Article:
3] Drop the trailer in the parking lot, and weigh the tow vehicle without the trailer. The tow vehicle need not be wet and loaded for the road, but it should be loaded the same for both the above two trips across the scale

4] Add the weights on the steer and drive axles to get gross vehicle weight (GVW) for both scale tickets.

5. Subtract the GVW without the trailer from the GVW with the trailer and the answer is tongue weight (TW).

6] Add the weight on the trailer axles to the TW to get gross trailer weight.

7] Redudancy: Subtract the gross weight without the trailer from the gross weight with the trailer to get gross trailer weight.

Note: the two weights for gross trailer weight may not be exactly the same because of rounding of the weights on the various scale pads.

xxxxxxxxxxxxxxxxxxx

Okay, now you know both the TW and the gross trailer weight. Divide TW by gross trailer weight. If the answer is 12% to 14%, you're golden. But if not, then you need to move weight around in the trailer and compute TW again. Now the lights should come on in your brain to say "Hey, if you had a tongue weight scale, you could simply weigh the tongue again." But without a TW scale, you have to go back to the CAT sale and weigh the rig again. Maybe three or four times to get it nailed down perfect.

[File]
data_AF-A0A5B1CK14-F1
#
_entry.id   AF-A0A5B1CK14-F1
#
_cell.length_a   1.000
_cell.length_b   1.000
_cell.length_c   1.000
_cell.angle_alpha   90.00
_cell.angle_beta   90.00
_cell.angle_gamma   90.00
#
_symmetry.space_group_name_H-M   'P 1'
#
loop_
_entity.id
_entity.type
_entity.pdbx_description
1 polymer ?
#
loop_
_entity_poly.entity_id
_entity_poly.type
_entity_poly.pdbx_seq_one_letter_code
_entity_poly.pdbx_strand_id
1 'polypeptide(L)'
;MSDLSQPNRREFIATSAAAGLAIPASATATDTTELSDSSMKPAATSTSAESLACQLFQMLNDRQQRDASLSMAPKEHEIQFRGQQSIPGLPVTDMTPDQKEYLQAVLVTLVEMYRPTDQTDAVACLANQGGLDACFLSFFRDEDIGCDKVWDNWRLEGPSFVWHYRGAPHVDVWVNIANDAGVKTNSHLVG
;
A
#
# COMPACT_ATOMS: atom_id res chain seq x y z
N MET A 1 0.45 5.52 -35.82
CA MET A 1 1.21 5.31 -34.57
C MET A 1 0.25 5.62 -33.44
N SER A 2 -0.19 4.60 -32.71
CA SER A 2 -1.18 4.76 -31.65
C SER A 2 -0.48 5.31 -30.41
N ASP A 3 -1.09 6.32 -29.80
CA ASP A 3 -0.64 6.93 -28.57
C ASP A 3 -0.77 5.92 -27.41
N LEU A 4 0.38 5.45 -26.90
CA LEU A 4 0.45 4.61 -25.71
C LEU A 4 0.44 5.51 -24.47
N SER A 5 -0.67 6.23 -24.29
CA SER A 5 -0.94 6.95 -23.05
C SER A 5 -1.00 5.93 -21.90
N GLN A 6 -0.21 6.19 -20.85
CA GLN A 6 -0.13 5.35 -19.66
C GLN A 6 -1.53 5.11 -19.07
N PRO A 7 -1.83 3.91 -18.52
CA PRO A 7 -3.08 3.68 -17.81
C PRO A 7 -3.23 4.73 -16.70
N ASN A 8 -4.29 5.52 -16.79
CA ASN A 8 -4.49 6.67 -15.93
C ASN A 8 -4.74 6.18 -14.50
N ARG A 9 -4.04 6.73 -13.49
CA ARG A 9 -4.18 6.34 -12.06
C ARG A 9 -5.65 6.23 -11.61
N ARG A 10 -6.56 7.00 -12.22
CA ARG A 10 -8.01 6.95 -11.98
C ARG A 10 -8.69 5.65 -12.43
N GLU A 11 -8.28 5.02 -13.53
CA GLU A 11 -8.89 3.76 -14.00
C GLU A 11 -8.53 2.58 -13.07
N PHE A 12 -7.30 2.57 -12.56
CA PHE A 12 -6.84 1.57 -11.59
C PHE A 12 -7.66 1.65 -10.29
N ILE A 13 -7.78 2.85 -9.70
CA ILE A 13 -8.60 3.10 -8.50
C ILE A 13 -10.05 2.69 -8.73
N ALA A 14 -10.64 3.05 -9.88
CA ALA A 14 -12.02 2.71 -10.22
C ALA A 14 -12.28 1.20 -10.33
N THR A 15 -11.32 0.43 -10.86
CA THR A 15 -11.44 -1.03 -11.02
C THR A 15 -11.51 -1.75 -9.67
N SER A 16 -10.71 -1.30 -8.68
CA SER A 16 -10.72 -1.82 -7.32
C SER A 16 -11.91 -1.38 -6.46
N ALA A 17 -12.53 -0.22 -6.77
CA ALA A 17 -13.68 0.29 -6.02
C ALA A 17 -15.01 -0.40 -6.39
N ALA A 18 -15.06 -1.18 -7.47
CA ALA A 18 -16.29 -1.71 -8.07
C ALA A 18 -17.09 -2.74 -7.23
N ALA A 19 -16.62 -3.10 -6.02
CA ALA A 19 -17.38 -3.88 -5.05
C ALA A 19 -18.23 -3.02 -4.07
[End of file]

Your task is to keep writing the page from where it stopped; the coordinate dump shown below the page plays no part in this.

__________________
Grumpy ole man with over 60 years towing experience. Now my heaviest trailer is a 7,000-pound enclosed cargo trailer, RV is a 5,600 pound Skyline Nomad Joey 196-S, and my tow vehicle is a 2019 F-150 Lariat 3.5L EcoBoost SuperCab with Max Tow (1,904 pounds payload capacity).
SmokeyWren is offline   Reply With Quote
Old 02-04-2019, 11:47 PM   #9
Senior Member
 
Join Date: Feb 2019
Posts: 419
I tow lots of different things (flat bed, dump trailer, TT, boat, et.) and I like to know the tongue weight each time out. I also like to get the trailer level. But I don't like guessing, or math or hassles all that much. So I bought a weigh-safe hitch and liked it so much I bought one for my wife's SUV. It was a bit spendy, but it is a breeze to adjust the hitch height and worth it to know the tongue weight for each and every trip.